Tuesday, November 29, 2016

President Park's speech

For those of you who haven't been following along with the South Korean presidential scandal, which may well end with the downfall of South Korea's current president, Park Geun-hye, I'd advise you to read the excellent Cliff's Notes version of the crisis as written up over at the blog Ask A Korean.

Start here.

Continue here.

End up here.

The TL;DR version of the scandal is something like this:

1. Someone found an abandoned iPad and, as s/he dug deeper into what was stored on it, discovered that President Park had deep connections with confidante Choi Soon-sil.

2. This revelation has led to further revelations about the spooky nature of the Park/Choi relationship, and also about a complex web of influence-peddling and other forms of dirty dealing. Choi, who had no right to be so close to the reins of power, appears to have exerted an undue amount of influence over Park. Choi had access to thousands of pages of confidential/classified information—thousands of pages per day. This is Hillary's Servergate times a hundred.

3. The public is extremely pissed off. Demonstrations—peaceful in comparison to the shameful post-election rioting in the United States—have been going on every weekend for weeks. Park has addressed the public twice before today's speech; she has seemed unwilling to resign, thus putting the people in a fouler and fouler mood. Some of us on Twitter are wondering how long this state of affairs can remain peaceful.

4. Park just gave a speech today; it was Trumpian in its vagueness, openness to interpretation, and probable tactical significance. Park seemed to concede that she might resign, but she has apparently left it in the hands of the National Assembly (South Korea's analogue to the UK Parliament or the US Congress) to decide her political fate. I'm reprinting her brief address in its entirety below. The English translation is awful—stilted and unnatural—so you'll just have to bear with it. Source here.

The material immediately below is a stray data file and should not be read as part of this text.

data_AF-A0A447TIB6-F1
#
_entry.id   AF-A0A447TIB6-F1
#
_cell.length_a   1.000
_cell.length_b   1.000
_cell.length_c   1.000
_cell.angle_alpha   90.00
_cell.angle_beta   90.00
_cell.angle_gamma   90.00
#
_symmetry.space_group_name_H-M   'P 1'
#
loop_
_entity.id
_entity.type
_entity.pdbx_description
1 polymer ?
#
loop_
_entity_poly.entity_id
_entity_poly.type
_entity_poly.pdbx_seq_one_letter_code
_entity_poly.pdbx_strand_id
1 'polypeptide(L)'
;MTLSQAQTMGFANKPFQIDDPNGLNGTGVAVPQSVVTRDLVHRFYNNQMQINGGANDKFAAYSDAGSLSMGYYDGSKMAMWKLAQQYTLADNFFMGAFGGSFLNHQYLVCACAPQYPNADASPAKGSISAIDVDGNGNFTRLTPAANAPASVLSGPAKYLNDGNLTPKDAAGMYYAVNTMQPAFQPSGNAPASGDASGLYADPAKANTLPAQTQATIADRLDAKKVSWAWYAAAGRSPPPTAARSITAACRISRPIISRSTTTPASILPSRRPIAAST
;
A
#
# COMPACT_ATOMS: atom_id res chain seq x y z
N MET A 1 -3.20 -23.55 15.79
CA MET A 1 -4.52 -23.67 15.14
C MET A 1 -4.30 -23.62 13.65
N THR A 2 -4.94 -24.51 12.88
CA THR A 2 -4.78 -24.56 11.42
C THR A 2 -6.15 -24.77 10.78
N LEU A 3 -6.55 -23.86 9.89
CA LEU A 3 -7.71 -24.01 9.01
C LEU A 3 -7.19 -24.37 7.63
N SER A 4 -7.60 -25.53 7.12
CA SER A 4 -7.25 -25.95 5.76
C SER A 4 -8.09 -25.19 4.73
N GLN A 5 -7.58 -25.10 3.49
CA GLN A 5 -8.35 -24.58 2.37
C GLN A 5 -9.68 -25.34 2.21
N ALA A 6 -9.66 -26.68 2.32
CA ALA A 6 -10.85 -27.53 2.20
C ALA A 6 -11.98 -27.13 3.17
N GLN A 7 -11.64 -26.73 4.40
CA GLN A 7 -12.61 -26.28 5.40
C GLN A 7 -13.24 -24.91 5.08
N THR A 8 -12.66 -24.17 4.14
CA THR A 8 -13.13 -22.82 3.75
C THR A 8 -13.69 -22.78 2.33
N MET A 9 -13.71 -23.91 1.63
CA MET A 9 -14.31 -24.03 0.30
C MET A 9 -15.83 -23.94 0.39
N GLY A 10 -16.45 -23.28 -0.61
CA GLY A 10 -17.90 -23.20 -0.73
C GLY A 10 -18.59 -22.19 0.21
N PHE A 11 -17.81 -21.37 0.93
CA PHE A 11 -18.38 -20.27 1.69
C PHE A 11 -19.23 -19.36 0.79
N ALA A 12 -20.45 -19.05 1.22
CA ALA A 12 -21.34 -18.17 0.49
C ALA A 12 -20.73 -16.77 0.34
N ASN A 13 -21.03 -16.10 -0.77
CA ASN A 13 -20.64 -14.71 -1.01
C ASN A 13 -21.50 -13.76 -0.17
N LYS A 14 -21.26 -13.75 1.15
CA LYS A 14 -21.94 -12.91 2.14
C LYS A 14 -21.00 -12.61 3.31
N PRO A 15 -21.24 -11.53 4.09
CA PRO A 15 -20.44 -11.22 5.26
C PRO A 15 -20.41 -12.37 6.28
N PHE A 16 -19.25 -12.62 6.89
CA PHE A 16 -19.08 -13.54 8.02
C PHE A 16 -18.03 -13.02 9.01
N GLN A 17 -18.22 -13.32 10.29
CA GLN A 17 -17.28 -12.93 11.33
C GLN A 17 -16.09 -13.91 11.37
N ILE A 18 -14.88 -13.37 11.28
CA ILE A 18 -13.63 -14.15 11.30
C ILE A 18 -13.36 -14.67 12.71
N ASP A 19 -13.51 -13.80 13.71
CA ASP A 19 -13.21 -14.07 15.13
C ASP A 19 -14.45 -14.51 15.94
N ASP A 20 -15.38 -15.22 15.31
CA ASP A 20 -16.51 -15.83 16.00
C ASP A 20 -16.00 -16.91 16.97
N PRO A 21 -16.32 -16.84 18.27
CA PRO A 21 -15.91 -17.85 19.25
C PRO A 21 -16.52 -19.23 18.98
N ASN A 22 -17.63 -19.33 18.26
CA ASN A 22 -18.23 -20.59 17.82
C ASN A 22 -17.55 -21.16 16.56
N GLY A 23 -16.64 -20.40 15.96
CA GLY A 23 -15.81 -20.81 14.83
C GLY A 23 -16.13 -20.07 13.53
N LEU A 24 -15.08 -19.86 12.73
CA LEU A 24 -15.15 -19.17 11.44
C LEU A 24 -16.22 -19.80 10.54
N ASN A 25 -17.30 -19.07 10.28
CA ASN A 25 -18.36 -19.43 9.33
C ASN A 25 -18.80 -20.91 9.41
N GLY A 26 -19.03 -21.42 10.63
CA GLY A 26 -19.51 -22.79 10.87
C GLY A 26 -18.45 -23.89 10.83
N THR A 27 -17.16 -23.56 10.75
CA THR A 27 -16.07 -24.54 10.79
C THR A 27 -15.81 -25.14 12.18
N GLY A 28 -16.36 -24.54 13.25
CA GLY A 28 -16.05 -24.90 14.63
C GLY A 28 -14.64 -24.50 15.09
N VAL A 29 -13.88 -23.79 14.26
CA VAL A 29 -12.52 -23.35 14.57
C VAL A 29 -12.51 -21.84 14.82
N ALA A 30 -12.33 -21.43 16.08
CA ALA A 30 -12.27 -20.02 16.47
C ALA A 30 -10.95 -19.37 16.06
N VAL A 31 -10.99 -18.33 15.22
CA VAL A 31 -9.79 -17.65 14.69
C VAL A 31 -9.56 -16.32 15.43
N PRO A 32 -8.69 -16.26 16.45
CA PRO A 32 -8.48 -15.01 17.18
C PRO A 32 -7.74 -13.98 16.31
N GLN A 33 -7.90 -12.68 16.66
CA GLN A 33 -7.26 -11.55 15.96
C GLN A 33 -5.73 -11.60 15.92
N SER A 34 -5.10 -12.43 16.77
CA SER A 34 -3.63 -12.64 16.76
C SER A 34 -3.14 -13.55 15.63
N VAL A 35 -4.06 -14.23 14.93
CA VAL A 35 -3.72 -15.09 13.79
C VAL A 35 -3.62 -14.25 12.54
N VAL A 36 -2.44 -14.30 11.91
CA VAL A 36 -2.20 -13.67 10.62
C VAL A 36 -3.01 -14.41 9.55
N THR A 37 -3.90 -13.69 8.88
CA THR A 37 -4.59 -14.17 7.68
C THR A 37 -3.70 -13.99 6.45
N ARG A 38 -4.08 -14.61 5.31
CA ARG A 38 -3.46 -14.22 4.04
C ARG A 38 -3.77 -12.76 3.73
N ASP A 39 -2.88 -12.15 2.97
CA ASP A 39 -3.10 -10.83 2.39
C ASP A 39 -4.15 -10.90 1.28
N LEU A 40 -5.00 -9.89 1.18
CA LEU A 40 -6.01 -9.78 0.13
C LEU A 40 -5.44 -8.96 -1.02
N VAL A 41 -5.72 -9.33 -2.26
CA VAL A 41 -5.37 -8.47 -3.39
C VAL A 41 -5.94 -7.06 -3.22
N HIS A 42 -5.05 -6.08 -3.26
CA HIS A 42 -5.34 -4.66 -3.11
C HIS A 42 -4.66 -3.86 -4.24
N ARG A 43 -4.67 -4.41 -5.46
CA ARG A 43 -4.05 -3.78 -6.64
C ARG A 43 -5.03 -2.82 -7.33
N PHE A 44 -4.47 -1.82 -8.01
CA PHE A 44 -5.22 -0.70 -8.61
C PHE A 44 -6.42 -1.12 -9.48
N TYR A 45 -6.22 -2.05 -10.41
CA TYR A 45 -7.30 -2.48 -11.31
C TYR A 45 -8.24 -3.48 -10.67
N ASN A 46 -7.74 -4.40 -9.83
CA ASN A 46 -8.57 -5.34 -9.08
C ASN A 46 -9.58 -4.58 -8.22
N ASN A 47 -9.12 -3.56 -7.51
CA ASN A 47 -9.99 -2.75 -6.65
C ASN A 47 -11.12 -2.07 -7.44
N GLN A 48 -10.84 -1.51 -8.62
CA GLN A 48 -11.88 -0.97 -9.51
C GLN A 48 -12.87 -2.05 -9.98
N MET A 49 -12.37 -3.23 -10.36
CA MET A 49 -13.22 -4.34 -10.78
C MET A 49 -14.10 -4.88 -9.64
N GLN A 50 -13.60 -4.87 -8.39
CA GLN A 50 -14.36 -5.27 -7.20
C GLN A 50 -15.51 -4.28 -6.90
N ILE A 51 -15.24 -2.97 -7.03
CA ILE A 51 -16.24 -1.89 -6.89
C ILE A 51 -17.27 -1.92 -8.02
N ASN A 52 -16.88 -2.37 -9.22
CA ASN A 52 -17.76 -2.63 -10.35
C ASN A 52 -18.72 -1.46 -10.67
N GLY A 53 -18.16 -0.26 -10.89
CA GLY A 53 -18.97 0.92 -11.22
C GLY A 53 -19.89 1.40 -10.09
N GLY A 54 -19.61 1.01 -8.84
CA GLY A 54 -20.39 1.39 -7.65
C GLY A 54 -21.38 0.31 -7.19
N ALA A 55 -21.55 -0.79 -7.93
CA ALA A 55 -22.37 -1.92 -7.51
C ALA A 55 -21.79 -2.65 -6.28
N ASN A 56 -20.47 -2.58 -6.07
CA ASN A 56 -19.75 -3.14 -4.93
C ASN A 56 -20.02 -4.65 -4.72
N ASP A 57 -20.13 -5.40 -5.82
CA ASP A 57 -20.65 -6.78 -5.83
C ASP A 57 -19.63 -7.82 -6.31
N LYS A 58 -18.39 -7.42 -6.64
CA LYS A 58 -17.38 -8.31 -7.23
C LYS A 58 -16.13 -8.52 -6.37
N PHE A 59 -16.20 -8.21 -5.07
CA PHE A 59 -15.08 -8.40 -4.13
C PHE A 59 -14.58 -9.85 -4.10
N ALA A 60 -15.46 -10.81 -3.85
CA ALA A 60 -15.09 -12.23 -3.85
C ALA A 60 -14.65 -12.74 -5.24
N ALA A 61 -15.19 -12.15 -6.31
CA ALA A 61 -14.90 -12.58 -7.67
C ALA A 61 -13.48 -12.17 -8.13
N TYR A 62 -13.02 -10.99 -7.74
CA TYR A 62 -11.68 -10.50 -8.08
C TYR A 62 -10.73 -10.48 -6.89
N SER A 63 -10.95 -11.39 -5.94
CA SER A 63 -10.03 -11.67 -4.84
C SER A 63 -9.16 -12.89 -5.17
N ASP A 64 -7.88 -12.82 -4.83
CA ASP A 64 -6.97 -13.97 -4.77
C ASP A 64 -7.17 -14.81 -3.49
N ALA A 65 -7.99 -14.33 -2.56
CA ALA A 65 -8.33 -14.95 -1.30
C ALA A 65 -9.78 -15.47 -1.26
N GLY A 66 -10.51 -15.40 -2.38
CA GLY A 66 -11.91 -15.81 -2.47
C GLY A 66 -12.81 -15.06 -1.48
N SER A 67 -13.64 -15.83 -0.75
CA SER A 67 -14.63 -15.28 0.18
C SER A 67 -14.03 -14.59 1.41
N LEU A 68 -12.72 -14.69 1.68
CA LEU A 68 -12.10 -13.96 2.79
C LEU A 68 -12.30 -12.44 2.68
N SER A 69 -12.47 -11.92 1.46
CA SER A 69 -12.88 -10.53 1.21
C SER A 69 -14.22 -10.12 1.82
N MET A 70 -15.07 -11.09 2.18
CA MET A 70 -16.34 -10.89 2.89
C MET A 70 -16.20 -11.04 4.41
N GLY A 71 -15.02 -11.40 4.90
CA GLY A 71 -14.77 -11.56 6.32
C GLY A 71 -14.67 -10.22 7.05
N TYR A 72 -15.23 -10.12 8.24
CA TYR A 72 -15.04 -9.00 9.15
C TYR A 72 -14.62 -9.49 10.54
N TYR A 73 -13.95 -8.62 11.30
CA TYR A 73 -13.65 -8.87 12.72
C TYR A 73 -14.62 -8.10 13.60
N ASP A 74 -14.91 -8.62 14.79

Dear respected citizens,

Once again, I apologize for causing you enormous troubles because of my wrongdoings.

As I see the citizens suffering heartache due to this issue, I think it is evident that I must apologize even hundreds of times.

But despite such efforts, all the disappointment and fury that I have caused you cannot be resolved and that wrenches my heart.

Citizens, as I recall the past 18 years that I spent with you, the time has been all the more thankful and precious.

From 1998, when I began politicking for my inauguration as the President and finally to this very moment, I have invested all my efforts in serving the country and citizens.

Not for a single moment have I ever pursued my own interest, nor even thought about it.

The series of events that have occurred now are a result of my pursuit of public benefit for the nation. And I did not take a single benefit during the process.

But I admit it was my huge fault that I have failed to manage my personal life and take care of people around me.

I will explain all the details about this political scandal in the near future.

Dear citizens, I have stayed up countless nights to come up with a right decision for the country and the people as the situation is getting worse for domestic and foreign affairs.

Now, I would like to express my decision here.

I will follow the National Assembly's decision about my course of resignation as the President, including cutting short my remaining term.

When the ruling and opposition parties propose a plan to transfer governing power in a way that can minimize any chaos and power vacuum in state affairs, I will resign from the presidency according to the rules and schedules proposed by the National Assembly.